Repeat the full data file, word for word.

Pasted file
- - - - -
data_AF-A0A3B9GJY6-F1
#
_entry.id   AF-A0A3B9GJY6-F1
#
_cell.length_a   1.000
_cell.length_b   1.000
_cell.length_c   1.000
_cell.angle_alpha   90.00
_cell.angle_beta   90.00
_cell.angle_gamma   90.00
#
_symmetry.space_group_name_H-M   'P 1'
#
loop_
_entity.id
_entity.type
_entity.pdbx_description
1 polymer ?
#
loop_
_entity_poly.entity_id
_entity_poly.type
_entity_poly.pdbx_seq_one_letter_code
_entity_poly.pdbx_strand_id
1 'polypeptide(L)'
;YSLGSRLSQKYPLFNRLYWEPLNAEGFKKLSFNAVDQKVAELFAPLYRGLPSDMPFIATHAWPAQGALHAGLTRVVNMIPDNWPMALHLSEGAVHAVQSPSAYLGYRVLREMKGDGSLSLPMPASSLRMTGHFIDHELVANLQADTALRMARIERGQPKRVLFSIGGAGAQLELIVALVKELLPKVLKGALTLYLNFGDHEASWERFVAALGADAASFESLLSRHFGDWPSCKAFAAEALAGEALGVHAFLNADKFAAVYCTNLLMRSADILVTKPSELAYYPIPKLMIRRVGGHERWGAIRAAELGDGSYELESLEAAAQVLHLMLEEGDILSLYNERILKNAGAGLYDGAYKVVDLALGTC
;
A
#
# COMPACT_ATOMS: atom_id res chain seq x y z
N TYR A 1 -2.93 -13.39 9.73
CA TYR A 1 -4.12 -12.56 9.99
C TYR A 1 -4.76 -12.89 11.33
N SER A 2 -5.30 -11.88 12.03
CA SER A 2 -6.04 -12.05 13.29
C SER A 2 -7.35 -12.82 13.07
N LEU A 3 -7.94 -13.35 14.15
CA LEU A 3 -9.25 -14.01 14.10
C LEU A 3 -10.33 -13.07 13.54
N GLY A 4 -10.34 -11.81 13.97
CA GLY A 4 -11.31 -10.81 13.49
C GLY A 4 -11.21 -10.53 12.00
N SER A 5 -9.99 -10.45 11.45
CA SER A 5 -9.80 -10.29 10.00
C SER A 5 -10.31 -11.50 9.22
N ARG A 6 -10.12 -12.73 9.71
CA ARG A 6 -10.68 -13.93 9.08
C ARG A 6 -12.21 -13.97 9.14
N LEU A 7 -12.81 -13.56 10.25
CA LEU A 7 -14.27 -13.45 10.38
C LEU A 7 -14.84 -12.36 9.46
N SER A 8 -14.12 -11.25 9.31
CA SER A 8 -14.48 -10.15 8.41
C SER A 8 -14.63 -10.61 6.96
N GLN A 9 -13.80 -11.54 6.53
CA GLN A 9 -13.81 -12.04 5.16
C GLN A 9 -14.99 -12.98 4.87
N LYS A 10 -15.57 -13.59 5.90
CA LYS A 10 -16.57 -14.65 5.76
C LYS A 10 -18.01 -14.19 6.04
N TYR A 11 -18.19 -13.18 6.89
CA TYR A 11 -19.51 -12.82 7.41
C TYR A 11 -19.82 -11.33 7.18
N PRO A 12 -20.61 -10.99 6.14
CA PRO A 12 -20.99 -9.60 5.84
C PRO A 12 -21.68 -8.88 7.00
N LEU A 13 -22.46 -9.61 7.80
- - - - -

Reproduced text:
data_AF-A0A3B9GJY6-F1
#
_entry.id   AF-A0A3B9GJY6-F1
#
_cell.length_a   1.000
_cell.length_b   1.000
_cell.length_c   1.000
_cell.angle_alpha   90.00
_cell.angle_beta   90.00
_cell.angle_gamma   90.00
#
_symmetry.space_group_name_H-M   'P 1'
#
loop_
_entity.id
_entity.type
_entity.pdbx_description
1 polymer ?
#
loop_
_entity_poly.entity_id
_entity_poly.type
_entity_poly.pdbx_seq_one_letter_code
_entity_poly.pdbx_strand_id
1 'polypeptide(L)'
;YSLGSRLSQKYPLFNRLYWEPLNAEGFKKLSFNAVDQKVAELFAPLYRGLPSDMPFIATHAWPAQGALHAGLTRVVNMIPDNWPMALHLSEGAVHAVQSPSAYLGYRVLREMKGDGSLSLPMPASSLRMTGHFIDHELVANLQADTALRMARIERGQPKRVLFSIGGAGAQLELIVALVKELLPKVLKGALTLYLNFGDHEASWERFVAALGADAASFESLLSRHFGDWPSCKAFAAEALAGEALGVHAFLNADKFAAVYCTNLLMRSADILVTKPSELAYYPIPKLMIRRVGGHERWGAIRAAELGDGSYELESLEAAAQVLHLMLEEGDILSLYNERILKNAGAGLYDGAYKVVDLALGTC
;
A
#
# COMPACT_ATOMS: atom_id res chain seq x y z
N TYR A 1 -2.93 -13.39 9.73
CA TYR A 1 -4.12 -12.56 9.99
C TYR A 1 -4.76 -12.89 11.33
N SER A 2 -5.30 -11.88 12.03
CA SER A 2 -6.04 -12.05 13.29
C SER A 2 -7.35 -12.82 13.07
N LEU A 3 -7.94 -13.35 14.15
CA LEU A 3 -9.25 -14.01 14.10
C LEU A 3 -10.33 -13.07 13.54
N GLY A 4 -10.34 -11.81 13.97
CA GLY A 4 -11.31 -10.81 13.49
C GLY A 4 -11.21 -10.53 12.00
N SER A 5 -9.99 -10.45 11.45
CA SER A 5 -9.80 -10.29 10.00
C SER A 5 -10.31 -11.50 9.22
N ARG A 6 -10.12 -12.73 9.71
CA ARG A 6 -10.68 -13.93 9.08
C ARG A 6 -12.21 -13.97 9.14
N LEU A 7 -12.81 -13.56 10.25
CA LEU A 7 -14.27 -13.45 10.38
C LEU A 7 -14.84 -12.36 9.46
N SER A 8 -14.12 -11.25 9.31
CA SER A 8 -14.48 -10.15 8.41
C SER A 8 -14.63 -10.61 6.96
N GLN A 9 -13.80 -11.54 6.53
CA GLN A 9 -13.81 -12.04 5.16
C GLN A 9 -14.99 -12.98 4.87
N LYS A 10 -15.57 -13.59 5.90
CA LYS A 10 -16.57 -14.65 5.76
C LYS A 10 -18.01 -14.19 6.04
N TYR A 11 -18.19 -13.18 6.89
CA TYR A 11 -19.51 -12.82 7.41
C TYR A 11 -19.82 -11.33 7.18
N PRO A 12 -20.61 -10.99 6.14
CA PRO A 12 -20.99 -9.60 5.84
C PRO A 12 -21.68 -8.88 7.00
N LEU A 13 -22.46 -9.61 7.80